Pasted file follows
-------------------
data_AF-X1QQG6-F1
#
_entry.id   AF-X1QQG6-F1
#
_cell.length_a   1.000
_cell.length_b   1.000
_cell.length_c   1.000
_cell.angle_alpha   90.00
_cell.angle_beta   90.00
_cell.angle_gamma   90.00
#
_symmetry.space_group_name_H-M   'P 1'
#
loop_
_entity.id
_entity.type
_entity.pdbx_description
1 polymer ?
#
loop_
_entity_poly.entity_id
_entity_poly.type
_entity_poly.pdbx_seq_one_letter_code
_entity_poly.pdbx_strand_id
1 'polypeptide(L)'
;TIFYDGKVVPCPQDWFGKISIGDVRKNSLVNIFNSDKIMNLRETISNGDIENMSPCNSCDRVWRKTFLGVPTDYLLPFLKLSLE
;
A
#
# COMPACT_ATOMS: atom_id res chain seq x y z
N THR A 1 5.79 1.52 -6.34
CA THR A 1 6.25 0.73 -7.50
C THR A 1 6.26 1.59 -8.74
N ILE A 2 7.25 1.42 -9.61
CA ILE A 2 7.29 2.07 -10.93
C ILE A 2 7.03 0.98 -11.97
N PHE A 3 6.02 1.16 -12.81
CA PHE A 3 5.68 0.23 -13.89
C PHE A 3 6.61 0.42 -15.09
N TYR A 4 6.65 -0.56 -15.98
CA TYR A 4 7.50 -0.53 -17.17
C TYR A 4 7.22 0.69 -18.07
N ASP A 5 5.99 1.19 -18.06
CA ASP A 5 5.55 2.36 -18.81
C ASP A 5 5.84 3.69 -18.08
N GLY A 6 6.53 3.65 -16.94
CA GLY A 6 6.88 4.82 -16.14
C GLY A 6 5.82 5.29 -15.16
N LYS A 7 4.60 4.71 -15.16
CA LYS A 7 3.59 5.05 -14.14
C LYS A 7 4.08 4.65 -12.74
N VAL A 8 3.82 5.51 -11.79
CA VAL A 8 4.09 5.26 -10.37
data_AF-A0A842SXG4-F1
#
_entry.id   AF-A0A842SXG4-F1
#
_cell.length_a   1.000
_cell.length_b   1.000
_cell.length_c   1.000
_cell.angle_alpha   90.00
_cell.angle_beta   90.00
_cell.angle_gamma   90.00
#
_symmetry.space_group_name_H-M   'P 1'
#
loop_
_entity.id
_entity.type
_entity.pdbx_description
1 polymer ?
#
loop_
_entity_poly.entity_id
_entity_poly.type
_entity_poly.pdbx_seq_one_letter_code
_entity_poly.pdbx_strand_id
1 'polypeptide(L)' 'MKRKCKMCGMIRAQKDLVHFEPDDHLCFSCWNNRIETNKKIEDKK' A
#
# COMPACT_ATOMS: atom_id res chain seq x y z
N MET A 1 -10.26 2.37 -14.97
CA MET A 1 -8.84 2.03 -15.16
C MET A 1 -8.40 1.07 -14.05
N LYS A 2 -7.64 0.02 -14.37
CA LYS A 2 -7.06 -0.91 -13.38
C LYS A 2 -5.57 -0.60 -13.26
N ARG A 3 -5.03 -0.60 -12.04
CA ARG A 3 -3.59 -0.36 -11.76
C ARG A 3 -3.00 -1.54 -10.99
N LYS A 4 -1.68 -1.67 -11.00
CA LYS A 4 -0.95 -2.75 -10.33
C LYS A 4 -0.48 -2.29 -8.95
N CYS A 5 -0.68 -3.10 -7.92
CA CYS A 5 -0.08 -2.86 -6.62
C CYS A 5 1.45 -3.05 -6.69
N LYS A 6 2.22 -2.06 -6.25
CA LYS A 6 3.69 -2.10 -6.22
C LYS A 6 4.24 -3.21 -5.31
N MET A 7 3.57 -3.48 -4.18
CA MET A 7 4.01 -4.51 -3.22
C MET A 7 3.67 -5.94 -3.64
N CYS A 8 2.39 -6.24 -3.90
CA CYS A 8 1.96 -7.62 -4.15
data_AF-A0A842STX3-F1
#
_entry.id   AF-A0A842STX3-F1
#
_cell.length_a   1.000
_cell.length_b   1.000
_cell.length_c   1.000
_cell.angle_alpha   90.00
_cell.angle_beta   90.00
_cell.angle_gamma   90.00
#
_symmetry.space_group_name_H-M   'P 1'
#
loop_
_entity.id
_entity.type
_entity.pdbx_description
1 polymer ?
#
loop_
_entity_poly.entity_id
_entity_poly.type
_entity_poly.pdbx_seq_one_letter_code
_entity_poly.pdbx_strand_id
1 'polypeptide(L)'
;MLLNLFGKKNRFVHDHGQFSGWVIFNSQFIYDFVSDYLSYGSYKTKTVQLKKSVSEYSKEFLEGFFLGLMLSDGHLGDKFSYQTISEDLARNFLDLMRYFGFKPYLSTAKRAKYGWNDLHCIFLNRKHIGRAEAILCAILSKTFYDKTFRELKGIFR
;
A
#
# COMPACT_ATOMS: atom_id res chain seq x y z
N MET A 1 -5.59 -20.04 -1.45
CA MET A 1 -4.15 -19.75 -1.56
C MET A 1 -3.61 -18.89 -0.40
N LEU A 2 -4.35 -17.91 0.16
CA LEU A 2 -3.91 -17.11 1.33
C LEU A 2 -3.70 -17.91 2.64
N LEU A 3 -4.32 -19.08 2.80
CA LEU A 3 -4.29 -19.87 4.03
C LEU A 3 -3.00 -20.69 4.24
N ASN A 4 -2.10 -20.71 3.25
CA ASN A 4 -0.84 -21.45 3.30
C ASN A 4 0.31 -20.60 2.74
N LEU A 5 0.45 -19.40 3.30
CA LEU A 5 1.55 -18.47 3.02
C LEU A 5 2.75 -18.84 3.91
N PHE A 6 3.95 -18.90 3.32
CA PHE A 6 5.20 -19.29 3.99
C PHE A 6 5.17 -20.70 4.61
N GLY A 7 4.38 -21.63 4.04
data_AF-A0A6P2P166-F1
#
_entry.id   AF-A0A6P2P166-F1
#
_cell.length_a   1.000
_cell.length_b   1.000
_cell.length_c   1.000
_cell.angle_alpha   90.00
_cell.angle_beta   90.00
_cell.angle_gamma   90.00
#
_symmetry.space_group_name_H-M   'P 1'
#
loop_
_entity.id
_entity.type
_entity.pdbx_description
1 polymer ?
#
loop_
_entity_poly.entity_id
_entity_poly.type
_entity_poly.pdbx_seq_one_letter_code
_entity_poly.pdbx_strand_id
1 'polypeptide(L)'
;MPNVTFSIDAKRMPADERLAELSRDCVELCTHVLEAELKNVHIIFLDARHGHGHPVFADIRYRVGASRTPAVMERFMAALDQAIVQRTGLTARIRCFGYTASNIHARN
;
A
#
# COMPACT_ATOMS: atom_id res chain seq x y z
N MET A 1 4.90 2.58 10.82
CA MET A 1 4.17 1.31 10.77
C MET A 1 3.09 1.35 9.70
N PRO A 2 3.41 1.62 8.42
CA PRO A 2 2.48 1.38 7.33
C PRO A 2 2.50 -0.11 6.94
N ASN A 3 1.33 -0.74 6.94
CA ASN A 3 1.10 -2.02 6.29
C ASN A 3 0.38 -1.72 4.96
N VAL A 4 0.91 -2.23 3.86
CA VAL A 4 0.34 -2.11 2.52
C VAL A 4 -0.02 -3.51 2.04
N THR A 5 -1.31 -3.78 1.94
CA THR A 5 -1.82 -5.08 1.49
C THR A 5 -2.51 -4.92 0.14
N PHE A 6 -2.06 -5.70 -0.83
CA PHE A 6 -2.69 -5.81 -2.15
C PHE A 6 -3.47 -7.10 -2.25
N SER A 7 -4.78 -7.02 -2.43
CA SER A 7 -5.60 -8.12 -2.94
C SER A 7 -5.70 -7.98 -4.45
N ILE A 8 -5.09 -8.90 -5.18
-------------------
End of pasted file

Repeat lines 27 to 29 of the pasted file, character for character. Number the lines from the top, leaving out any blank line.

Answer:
;
A
#